Politics of Recognition: The Guideline for Modern Humanism

By Tony Svetelj.

Published by The International Journal of Civic, Political, and Community Studies

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Article: Electronic $US5.00

Within the context of multicultural and multi-religious society and the process of globalization, a traditional understanding of humanism offers insufficient frameworks for an adequate comprehension of human flourishing, human search for meaning, and original expressions of human agency in modernity. This paper will present some guidelines for a more globalizing and differences-inclusive humanism, based on Charles Taylor's reflection on multiculturalism. Taylor in his ‘politics of recognition’ claims that all human cultures that have animated whole societies and our globalizing world have something important to say. For this reason, every society, culture, its intrinsic values, and the dignity of individuals, call for recognition; their recognition should lead us toward a new multicultural civilization and humanism. Modern humanism is different from the 16th century humanism with its re-discovery or interests in the ancient times and knowledge; modern humanism faces the challenge of integration of the present, i.e. ‘living’ cultural and religious differences, the unknown, into a new non-threatening harmony. This recognition is not a gift, but a fragile achievement that constantly needs to be shored up and defended. Modern humanism does not require us to make peremptory and inauthentic judgments of values, but invites us to be open to a comparative cultural study. Even though the importance of recognition seems to be universally acknowledged, recognition might fail, and the withholding of recognition can become a form of oppression. The basis of modern humanism cannot be an act of good will. Every culture has a certain sense of the good, the holy, and the admirable: that ‘something’ which deserves our admiration and respect, and which offers us solid grounds for a more complex comprehension of modern humanism. Its creation requires from us a substantive commitment, which is much more than a procedural commitment. Liberalism or those liberal societies that claim to provide us with means to deal fairly and equally with each other, regardless of how we conceive our ends of life, are insufficient.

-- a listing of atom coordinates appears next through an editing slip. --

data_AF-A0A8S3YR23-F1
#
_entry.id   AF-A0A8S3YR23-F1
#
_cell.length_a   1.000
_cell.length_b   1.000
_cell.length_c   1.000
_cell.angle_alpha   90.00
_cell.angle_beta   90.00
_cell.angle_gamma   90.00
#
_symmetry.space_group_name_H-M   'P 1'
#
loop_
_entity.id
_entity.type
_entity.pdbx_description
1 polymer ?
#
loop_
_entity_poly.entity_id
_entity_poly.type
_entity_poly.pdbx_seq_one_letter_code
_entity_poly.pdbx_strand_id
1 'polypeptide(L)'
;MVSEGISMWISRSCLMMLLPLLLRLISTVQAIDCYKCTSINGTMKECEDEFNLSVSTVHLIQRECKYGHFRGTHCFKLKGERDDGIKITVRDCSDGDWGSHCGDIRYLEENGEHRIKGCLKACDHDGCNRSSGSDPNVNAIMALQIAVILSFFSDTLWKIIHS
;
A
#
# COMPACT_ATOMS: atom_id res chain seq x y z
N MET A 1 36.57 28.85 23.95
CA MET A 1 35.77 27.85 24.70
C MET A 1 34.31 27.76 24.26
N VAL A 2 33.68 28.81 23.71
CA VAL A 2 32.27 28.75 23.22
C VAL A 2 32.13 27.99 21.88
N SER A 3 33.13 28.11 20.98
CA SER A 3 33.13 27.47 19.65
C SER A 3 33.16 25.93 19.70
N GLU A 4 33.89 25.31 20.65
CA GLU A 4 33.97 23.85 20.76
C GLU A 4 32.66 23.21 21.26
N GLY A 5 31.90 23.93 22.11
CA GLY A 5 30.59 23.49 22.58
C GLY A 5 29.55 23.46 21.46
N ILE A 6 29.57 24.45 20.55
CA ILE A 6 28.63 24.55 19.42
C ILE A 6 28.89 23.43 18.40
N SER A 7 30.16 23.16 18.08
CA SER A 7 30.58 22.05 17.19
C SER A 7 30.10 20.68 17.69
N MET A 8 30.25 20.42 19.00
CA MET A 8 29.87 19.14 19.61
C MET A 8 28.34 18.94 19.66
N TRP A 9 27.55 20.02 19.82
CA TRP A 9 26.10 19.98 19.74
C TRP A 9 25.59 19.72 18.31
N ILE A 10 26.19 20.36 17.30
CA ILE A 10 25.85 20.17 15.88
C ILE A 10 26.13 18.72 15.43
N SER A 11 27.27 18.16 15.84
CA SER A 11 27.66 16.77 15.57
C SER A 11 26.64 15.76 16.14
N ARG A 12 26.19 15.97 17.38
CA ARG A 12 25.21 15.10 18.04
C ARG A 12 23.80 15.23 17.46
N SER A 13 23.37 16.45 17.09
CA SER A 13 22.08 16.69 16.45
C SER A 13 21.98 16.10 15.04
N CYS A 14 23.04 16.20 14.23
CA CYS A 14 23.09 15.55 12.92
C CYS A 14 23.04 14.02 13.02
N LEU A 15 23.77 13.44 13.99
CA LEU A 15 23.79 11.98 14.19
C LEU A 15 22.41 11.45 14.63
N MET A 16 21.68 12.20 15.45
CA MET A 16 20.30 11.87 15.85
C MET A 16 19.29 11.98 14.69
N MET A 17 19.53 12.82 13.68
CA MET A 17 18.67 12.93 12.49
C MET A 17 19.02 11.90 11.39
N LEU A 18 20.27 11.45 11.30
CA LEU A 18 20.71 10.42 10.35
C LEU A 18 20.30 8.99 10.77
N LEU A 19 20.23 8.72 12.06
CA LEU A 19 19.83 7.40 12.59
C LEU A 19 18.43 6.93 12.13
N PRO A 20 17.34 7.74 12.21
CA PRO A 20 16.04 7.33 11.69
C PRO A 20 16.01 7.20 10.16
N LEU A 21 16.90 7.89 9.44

Keywords: Charles Taylor, Universal Humanism, Globalization, Recognition, Authenticity, the Human Agent

The International Journal of Civic, Political, and Community Studies, Volume 10, Issue 4, 2012, pp.45-53. Article: Print (Spiral Bound). Article: Electronic (PDF File; 134.854KB).

Tony Svetelj

Lecturer, Philosophy Department, Boston College, Boston, MA, USA

Tony Svetelj is a lecturer at Boston College, Hellenic College, and Merrimack College, teaching philosophy. His main interests include secularization, multiculturalism, Charles Taylor, political philosophy, ethics.